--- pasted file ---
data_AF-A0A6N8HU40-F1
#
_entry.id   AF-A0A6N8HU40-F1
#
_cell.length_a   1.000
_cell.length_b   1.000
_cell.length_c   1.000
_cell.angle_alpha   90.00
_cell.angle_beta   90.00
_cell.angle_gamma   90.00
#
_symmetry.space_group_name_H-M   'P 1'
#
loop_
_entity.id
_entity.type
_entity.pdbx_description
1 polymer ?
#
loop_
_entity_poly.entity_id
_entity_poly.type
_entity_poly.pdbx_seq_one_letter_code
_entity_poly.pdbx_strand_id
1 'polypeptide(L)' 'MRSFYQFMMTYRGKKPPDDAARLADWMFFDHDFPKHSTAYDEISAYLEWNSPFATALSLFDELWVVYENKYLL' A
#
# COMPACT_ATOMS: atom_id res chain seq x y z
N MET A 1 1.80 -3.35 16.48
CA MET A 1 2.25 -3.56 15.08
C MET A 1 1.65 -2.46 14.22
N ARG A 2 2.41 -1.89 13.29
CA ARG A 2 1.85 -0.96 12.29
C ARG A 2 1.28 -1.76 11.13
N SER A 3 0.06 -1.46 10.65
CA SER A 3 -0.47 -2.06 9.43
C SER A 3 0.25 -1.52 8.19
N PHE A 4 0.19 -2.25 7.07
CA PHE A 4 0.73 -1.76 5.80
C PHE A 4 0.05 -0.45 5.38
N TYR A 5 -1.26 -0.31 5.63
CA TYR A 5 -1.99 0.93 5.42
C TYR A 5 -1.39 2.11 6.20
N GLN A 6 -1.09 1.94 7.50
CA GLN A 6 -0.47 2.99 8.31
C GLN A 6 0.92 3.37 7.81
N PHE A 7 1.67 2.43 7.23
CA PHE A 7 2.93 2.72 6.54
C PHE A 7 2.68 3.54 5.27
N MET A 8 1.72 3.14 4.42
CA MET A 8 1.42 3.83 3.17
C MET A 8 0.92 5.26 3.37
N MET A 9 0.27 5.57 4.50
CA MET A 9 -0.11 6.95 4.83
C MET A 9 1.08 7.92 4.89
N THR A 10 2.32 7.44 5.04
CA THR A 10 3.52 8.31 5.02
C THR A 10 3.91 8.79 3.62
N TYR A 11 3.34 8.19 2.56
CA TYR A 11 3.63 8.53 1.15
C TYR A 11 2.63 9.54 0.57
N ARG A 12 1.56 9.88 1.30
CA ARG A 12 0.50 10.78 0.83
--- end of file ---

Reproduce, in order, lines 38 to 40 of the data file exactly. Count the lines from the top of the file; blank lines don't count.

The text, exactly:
CA PHE A 4 0.73 -1.76 5.80
C PHE A 4 0.05 -0.45 5.38
N TYR A 5 -1.26 -0.31 5.63